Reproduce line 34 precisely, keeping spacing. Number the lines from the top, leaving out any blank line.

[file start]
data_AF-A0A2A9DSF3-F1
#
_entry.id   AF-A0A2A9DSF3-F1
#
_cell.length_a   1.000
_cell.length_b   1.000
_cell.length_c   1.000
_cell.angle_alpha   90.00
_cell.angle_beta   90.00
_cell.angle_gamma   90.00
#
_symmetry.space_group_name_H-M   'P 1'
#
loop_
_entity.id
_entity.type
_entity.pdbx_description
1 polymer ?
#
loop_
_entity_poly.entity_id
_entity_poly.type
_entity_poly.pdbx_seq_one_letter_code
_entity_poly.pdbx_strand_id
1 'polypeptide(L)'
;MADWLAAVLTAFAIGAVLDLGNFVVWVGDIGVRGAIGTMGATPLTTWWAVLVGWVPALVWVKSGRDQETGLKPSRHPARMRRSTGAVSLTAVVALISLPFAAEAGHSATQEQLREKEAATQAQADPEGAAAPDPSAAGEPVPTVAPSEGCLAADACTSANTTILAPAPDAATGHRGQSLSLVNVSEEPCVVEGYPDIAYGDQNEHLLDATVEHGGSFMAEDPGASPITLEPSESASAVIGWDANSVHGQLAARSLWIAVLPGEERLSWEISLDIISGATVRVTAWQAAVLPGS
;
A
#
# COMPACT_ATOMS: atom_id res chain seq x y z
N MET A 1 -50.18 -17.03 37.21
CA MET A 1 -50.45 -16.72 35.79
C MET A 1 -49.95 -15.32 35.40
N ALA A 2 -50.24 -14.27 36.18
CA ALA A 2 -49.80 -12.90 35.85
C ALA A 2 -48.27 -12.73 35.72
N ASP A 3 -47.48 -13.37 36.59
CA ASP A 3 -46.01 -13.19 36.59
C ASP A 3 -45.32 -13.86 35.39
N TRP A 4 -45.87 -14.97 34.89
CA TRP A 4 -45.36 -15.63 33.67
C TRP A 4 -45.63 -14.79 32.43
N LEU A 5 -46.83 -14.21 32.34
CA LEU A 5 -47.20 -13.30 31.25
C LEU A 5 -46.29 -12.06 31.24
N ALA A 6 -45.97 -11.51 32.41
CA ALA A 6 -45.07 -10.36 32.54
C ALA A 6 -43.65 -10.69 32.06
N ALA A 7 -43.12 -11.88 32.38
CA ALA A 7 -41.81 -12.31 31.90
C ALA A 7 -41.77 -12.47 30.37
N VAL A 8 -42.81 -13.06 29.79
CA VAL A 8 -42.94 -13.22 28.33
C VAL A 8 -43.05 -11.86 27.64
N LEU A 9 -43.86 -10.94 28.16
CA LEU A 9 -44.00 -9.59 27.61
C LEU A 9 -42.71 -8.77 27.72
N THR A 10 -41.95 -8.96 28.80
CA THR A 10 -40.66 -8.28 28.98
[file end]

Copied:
N ALA A 2 -50.24 -14.27 36.18